DAHMER | Systemic Failures and the Complexity of Our Zeitgeist
A significant part of contemporary television seriality provides insight into how the forms and content of television narratives today are working in a very distinct trend, having to do precisely with what can be identified as a mise-en-scène of the obscene (in this case the term is traced back to one of the origins of the word “obscene” that etymological science proposes. That is, as that which is “off-stage”).
Art and its fictional universes have consistently been shown to have an interdependent relationship with reality. When examined from a more sociological perspective, the content of TV series can be observed as a reflective mirror of the Zeitgeist (“spirit of the age”).
Building on this basic premise, Dahmer – Monster: The Jeffrey Dahmer Story (or simply DAHMER) – the first season of Monster, Netflix‘s crime anthology series created by the close-knit artistic duo Ryan Murphy and Ian Brennan – can tell us much more than just the real-life events behind one of America’s most heinous serial killers.
DAHMER, with the massive wave of debate it has generated, polarizing critics and viewers alike, and with its shocking viewing figures, provides further evidence not only of how reality and fiction contaminate each other but also of how the true crime genre is nowadays one of the most appreciated and popular, despite the ethical concerns that come with such a genre. Finally, the series offers an anthropological perspective on how the psychological processes that true crime dramas trigger in the public are evolving to better reflect the modern world.
The Milwaukee Cannibal
Milwaukee, Wisconsin. DAHMER traces the story of serial killer Jeffrey Dahmer (Evan Peters), also known as the Milwaukee Cannibal or the Milwaukee Monster, in ten episodes. From his childhood and teen years with his parents Lionel (Richard Jenkins) and Joyce (Penelope Ann Miller) to life with his paternal grandmother Catherine (Michael Learned), through the height of his murderous activity while living alone in his apartment, with his neighbor Glenda Cleveland’s (Niecy Nash) unanswered pleas for police assistance, to his capture, trial, and death in prison. Dahmer viciously murdered seventeen young men between 1978 and 1991, most of whom were black, from other ethnic minority backgrounds, and part of the LGBTQ+ community. His murders involved necrophilia, cannibalism, and the concealment and permanent preservation of body parts. He was later sentenced to sixteen life terms, eventually being beaten to death in 1994 by a fellow inmate.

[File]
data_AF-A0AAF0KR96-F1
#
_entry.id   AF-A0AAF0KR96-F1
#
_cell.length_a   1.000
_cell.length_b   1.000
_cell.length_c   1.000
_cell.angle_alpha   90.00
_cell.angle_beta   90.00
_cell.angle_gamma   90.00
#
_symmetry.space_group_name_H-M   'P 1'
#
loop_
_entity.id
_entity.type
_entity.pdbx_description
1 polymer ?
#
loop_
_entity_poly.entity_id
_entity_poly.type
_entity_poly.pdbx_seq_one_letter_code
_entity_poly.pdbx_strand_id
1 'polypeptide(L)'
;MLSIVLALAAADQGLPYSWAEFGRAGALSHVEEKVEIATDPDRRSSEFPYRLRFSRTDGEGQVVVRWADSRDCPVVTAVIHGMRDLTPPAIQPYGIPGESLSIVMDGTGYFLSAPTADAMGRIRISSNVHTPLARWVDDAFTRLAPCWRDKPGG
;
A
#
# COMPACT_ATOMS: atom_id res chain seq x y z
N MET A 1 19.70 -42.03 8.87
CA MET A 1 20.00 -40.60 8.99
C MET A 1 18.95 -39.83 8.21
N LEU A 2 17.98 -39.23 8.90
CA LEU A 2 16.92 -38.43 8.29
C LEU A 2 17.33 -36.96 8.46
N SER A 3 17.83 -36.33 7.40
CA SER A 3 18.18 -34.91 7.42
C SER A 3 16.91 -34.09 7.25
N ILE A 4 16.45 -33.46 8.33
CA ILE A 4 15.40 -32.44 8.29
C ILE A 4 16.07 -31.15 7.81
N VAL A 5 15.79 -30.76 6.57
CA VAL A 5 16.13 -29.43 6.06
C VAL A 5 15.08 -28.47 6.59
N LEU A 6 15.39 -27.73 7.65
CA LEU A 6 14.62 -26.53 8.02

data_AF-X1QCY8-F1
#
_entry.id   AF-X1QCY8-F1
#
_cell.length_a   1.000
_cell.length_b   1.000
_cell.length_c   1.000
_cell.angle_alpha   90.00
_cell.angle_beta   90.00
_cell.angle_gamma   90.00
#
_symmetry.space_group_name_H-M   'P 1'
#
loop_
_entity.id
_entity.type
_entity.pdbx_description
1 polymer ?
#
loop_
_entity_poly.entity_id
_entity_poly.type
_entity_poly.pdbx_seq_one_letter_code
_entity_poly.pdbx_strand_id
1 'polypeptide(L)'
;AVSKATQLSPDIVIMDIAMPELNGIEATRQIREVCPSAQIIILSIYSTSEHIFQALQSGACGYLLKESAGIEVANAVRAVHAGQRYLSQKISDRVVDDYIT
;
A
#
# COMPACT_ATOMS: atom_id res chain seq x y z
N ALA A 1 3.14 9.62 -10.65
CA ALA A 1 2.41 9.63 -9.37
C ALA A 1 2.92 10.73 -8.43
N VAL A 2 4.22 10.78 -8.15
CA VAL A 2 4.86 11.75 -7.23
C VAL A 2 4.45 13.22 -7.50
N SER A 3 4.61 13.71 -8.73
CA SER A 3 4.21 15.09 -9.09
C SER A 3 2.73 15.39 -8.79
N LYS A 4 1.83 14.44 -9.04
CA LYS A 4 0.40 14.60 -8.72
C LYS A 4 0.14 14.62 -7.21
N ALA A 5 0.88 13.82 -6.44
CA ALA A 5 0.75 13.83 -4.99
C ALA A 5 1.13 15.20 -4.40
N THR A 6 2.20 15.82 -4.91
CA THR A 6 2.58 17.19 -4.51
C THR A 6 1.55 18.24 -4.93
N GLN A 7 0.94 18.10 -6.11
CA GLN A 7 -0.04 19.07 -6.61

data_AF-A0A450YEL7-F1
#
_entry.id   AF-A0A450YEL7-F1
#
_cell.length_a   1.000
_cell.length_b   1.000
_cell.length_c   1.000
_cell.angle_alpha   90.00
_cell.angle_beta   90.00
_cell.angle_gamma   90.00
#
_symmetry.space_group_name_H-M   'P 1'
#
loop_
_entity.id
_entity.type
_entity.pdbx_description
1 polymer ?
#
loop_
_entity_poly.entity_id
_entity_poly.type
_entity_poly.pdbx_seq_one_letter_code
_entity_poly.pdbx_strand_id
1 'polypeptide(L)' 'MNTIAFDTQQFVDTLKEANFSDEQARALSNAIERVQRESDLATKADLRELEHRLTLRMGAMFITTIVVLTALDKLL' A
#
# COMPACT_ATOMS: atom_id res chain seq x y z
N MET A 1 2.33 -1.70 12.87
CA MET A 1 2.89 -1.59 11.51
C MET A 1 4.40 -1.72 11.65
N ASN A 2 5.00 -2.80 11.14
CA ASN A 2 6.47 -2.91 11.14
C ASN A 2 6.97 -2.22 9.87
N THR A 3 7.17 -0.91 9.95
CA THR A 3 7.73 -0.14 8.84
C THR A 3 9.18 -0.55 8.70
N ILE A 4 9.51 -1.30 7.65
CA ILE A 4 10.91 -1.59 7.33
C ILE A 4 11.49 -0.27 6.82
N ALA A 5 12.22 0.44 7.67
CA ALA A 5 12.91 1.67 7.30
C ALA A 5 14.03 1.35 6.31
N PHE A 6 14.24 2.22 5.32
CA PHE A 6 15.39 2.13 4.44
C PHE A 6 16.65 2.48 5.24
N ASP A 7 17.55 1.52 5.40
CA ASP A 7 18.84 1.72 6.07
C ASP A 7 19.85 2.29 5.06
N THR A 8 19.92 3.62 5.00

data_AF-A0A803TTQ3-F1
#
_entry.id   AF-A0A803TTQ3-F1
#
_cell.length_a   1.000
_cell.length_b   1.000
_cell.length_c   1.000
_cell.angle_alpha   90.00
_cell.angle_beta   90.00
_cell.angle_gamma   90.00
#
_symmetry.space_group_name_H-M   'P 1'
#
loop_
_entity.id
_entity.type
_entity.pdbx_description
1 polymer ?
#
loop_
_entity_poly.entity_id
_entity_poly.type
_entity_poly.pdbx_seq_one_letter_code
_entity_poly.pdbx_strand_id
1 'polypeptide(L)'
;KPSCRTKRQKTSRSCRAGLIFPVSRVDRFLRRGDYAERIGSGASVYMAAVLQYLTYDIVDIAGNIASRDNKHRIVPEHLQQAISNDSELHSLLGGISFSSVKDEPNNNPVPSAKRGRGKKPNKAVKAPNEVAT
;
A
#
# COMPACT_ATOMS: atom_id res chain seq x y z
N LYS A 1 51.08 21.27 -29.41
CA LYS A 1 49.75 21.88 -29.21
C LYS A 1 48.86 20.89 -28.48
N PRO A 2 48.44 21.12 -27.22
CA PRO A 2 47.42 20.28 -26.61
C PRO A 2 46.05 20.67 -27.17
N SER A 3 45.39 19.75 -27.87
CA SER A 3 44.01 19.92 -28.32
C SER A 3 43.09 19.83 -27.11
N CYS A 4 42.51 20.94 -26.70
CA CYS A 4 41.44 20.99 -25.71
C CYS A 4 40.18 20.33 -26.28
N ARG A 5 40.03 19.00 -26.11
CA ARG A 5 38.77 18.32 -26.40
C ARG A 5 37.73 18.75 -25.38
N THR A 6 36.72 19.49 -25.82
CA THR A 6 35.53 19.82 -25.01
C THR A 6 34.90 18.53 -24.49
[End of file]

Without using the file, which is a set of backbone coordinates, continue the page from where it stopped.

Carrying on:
Standing on the side of the victims for the entire narrative and always centering their stories, the show attempts to shed light on institutional failures of police, homophobia, and systemic racism as the root causes of Dahmer’s nonchalant and unpunished conduct, which remained in plain sight for more than a decade. But it does not end there. DAHMER aims to elevate itself and offer a bird’s-eye view of actual events, taking the time to dig into the harsh reality to reflect and ask analytically and methodically whether it could all have ended differently.
Monster and human: beyond binarism
“Babe, I love you so… I want you to know… That I’m gonna miss your love… The minute you walk out that door… So please don’t go.” So says the iconic 1979 love ballad by KC and the Sunshine Band. A plea for love and second chances that the show uses in the trailer and in an episode alongside images of Dahmer’s apartment door closing with the victims inside, thus investing the lyrics with renewed meanings.
This is one of many examples showing how DAHMER operates on multiple levels. It exemplifies how the show strives to reach a more in-depth level in its story and analysis. Indeed, upon closer scrutiny, one of the most intriguing aspects of the series is precisely that it has a rich structure, precisely because it exploits and plays with the “human/monster” binary system and then tries to move beyond that same binarism. And it does so right from its choice of title: Monster.
Along these lines, DAHMER shows the viewer a portrayal of Jeffrey Dahmer that on the one hand corroborates the term “monster” by distorting and stressing actual facts. This repeatedly happens throughout the narrative arc, such as in the scene where shirtless Dahmer is tasting human blood in front of the mirror. Here the narration seems to want to reassure the viewer by telling them: “You are on the other side. This is a monster. You are not.”